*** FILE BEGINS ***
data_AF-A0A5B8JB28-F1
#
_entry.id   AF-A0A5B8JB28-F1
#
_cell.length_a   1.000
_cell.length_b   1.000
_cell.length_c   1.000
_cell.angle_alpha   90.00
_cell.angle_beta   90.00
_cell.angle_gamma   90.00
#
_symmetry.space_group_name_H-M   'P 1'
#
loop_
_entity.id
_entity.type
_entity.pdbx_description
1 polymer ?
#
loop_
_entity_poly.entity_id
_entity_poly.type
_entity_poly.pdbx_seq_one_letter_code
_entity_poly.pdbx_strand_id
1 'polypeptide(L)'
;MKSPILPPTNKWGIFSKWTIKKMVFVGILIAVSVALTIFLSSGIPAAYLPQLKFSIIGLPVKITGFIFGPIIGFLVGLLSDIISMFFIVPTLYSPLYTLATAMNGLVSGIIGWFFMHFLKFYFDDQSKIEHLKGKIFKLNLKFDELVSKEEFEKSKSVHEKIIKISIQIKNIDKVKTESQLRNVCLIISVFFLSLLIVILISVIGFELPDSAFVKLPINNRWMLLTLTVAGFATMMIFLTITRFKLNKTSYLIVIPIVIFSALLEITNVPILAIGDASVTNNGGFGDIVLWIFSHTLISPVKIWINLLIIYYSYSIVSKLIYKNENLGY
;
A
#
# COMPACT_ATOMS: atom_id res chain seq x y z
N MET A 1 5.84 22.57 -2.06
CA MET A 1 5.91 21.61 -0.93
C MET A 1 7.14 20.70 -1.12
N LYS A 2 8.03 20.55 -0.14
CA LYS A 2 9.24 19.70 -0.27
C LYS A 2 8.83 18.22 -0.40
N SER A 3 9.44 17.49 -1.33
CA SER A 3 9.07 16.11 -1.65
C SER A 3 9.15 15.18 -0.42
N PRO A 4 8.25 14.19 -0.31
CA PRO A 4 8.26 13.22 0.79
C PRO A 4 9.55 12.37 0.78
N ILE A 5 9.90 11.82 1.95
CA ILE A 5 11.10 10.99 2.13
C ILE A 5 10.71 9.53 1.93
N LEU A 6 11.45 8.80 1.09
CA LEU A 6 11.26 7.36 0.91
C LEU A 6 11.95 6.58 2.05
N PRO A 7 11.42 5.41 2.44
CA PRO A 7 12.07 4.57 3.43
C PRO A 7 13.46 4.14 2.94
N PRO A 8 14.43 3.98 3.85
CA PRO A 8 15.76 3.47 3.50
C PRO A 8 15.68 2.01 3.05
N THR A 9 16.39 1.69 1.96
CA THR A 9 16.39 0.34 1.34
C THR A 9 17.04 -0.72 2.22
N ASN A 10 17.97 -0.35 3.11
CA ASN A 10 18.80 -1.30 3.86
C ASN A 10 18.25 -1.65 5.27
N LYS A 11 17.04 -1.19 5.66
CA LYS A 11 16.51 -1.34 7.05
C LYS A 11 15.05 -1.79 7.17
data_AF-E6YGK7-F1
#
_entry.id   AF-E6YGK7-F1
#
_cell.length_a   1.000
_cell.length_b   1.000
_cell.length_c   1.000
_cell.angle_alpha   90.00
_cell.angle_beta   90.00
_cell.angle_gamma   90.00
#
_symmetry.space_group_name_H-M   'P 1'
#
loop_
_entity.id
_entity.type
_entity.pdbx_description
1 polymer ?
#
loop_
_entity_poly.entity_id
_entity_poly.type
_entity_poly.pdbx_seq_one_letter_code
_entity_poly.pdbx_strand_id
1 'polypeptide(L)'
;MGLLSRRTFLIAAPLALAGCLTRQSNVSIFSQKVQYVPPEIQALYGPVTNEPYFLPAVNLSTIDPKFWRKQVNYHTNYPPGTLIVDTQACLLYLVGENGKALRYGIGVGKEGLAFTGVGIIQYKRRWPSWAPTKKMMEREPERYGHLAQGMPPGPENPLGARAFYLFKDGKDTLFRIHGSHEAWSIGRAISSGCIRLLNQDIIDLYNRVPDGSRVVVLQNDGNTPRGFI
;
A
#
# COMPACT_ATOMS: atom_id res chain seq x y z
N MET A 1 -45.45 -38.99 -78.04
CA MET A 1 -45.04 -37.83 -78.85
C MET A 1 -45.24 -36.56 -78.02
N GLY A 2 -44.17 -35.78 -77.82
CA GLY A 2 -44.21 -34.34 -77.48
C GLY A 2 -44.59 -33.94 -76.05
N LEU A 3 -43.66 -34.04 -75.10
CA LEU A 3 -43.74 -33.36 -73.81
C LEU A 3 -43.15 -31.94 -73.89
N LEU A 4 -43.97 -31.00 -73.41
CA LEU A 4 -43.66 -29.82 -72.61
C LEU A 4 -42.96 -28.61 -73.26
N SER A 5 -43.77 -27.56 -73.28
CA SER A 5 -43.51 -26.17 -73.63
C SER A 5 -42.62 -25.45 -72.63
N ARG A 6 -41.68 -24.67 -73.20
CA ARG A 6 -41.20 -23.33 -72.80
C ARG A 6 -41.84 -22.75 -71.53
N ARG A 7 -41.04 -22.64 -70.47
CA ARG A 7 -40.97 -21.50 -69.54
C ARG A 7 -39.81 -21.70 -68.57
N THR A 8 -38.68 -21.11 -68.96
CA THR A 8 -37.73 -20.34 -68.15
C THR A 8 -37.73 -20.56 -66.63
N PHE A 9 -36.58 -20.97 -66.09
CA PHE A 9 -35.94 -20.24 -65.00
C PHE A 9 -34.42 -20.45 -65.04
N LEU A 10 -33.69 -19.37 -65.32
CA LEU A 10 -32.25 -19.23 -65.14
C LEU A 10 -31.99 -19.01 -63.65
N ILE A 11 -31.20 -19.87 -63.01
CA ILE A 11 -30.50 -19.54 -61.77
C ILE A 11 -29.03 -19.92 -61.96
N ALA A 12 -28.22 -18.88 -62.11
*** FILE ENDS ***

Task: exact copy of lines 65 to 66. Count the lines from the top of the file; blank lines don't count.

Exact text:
#
_entry.id   AF-E6YGK7-F1